Why It’s Kicking Off Everywhere: The New Global Revolutions
By Paul Mason
Verso | $29.95
Occupying Wall Street: The Inside Story of an Action that Changed America
By Writers for the 99%
Scribe | $19.95
IT was a year of protest: uprisings in the Middle East and North Africa that overturned governments; encampments in southern Europe that resisted economic austerity; an occupation of Wall Street that incited the seizure of financial centres and town squares in many hundreds of places across the planet. Why did this happen? How was it organised? What is the lasting significance of this rising of popular energy and anger?
The commercial media were inconstant and unreliable chroniclers of the unrest during 2012, and few reporters posed these questions. Cyberspace is awash with documents, and fragmentary perspectives, but their proliferation can provoke uncertainty and confusion at least as much as illumination. Thankfully, two recently published books attempt to record current events and to provide careful if frankly sympathetic analysis. They also provoke further questions concerning the role of the writer and of the book in the unfolding of contemporary political movements.
Paul Mason is the economics editor of the BBC’s current affairs program, Newsnight, the author of several books, and a blogger of some notoriety. Why It’s Kicking Off Everywhere is a highly ambitious combination of traditional reportage, primer in radical social theory, and original analysis of contemporary global crises and campaigns. As Mason explains, he has attempted to “capture the moments of crisis and revolution” around the world, to “give them context,” and to explain their “links.” Structurally, the work is something of a hodgepodge: reportage sits cheek-by-jowl with tweets and anecdote; episodes of radical history are recalled alongside essays on the stuttering of the global economy and ventures in cyber-psychology.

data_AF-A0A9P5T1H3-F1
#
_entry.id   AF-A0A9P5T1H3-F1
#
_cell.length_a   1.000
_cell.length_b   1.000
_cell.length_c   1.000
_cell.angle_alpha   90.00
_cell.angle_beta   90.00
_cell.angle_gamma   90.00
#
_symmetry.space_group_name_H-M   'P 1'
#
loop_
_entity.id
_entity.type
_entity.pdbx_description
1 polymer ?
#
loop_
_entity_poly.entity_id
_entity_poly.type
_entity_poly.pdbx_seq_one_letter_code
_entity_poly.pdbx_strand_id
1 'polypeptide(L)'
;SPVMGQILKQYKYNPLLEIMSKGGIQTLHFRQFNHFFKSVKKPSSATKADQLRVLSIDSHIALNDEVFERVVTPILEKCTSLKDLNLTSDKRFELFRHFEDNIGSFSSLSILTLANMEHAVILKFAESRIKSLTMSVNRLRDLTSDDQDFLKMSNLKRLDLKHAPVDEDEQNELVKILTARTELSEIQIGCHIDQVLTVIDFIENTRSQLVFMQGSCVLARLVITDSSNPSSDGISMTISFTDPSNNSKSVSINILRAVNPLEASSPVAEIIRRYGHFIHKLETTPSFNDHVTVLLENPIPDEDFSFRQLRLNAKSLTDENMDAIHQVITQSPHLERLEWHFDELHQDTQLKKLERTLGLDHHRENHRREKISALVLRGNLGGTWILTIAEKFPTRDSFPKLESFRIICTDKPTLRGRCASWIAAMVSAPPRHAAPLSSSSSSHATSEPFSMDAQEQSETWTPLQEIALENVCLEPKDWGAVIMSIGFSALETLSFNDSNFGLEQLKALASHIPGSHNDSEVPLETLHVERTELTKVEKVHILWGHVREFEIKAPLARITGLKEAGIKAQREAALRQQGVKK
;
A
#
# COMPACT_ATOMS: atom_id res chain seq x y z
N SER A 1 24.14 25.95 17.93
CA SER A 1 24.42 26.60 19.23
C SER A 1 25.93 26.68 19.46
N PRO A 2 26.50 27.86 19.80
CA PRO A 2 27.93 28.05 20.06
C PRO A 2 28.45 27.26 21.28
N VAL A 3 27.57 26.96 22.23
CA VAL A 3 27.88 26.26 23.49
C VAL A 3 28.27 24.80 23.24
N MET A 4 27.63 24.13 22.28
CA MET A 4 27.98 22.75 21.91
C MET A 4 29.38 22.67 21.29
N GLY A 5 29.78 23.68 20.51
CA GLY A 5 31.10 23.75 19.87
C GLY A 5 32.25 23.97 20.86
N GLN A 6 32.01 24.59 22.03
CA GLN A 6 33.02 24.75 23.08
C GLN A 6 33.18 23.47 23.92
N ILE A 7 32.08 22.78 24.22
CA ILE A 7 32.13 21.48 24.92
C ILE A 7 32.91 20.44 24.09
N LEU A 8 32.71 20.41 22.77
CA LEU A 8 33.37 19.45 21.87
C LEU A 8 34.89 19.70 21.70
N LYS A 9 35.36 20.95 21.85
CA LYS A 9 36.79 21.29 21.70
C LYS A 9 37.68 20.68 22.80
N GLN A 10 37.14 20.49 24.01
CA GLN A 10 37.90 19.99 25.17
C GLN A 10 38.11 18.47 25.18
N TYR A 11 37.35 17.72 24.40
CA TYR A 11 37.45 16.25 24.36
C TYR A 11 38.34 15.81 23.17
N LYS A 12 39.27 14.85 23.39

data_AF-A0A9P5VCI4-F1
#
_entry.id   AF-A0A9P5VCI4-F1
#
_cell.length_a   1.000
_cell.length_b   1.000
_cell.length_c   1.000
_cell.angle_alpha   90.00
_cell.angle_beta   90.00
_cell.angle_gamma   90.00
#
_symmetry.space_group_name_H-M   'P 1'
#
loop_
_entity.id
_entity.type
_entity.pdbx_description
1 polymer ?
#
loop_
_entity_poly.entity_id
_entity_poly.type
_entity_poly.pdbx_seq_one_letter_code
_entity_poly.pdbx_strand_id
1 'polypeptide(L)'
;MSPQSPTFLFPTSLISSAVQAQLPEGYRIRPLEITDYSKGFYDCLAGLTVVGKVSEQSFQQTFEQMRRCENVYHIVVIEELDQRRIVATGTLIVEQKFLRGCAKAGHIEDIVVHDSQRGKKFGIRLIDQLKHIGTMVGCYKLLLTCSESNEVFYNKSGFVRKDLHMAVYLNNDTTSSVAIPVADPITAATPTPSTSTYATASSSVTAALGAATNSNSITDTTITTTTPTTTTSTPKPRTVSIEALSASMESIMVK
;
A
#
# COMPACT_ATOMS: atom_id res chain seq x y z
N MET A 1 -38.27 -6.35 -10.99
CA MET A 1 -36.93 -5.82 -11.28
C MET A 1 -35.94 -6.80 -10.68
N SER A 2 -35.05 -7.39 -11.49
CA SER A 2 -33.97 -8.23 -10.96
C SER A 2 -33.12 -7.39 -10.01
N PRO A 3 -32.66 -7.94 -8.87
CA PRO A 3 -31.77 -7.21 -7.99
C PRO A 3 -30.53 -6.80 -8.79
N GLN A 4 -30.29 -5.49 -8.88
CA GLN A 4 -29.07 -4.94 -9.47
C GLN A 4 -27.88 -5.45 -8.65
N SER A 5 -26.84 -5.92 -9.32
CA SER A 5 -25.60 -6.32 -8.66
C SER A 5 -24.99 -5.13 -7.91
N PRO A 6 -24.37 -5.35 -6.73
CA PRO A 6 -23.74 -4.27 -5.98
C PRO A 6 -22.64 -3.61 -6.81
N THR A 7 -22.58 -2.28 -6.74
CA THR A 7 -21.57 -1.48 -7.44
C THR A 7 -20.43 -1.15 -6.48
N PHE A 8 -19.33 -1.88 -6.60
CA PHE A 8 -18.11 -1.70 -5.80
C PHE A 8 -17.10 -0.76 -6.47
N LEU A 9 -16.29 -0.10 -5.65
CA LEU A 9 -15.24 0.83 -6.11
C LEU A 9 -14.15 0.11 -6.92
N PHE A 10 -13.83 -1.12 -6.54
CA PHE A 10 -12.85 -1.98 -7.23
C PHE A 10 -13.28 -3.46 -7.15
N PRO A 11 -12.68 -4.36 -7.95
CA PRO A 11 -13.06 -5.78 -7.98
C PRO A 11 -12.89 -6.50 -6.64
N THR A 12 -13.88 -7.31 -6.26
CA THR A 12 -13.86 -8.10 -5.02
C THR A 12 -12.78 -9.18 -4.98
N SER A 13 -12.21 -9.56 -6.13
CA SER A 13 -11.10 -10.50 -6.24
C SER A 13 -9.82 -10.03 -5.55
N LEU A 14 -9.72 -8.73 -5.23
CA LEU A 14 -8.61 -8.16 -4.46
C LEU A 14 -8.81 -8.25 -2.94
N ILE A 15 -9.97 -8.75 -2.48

The mixture is inconsistent, but heady. Mason is a consummate journalist, and in reports on Egypt, Greece, the United States and the Philippines he provides sensitive and insightful accounts of life and struggles among the world’s poor and dispossessed. In his respect for individual experience, he offers sometimes startling and moving stories; in his capacity for synoptic description, he helps to convey the excitement and the terror of history being made.
Why It’s Kicking Off also realises its aim of providing a context to the increasing visibility and success of recent radical campaigns. Mason outlines the role of new technology in the promotion and organisation of protest that even those hopeless dinosaurs without a mobile phone (such as this reviewer) can easily understand. His knowledge of the dismal science helps him to connect recent economic changes not just to the Wall Street protests and to European unrest, but also to campaigns in the Middle East and elsewhere. Equally, his impressive knowledge of radical history helps him to discern points of commonality with – and the influence of – earlier moments of revolution in the nineteenth and twentieth centuries. The book will help readers to better understand why 2011 was a year of protest. It will also help to persuade sceptics that these campaigns matter.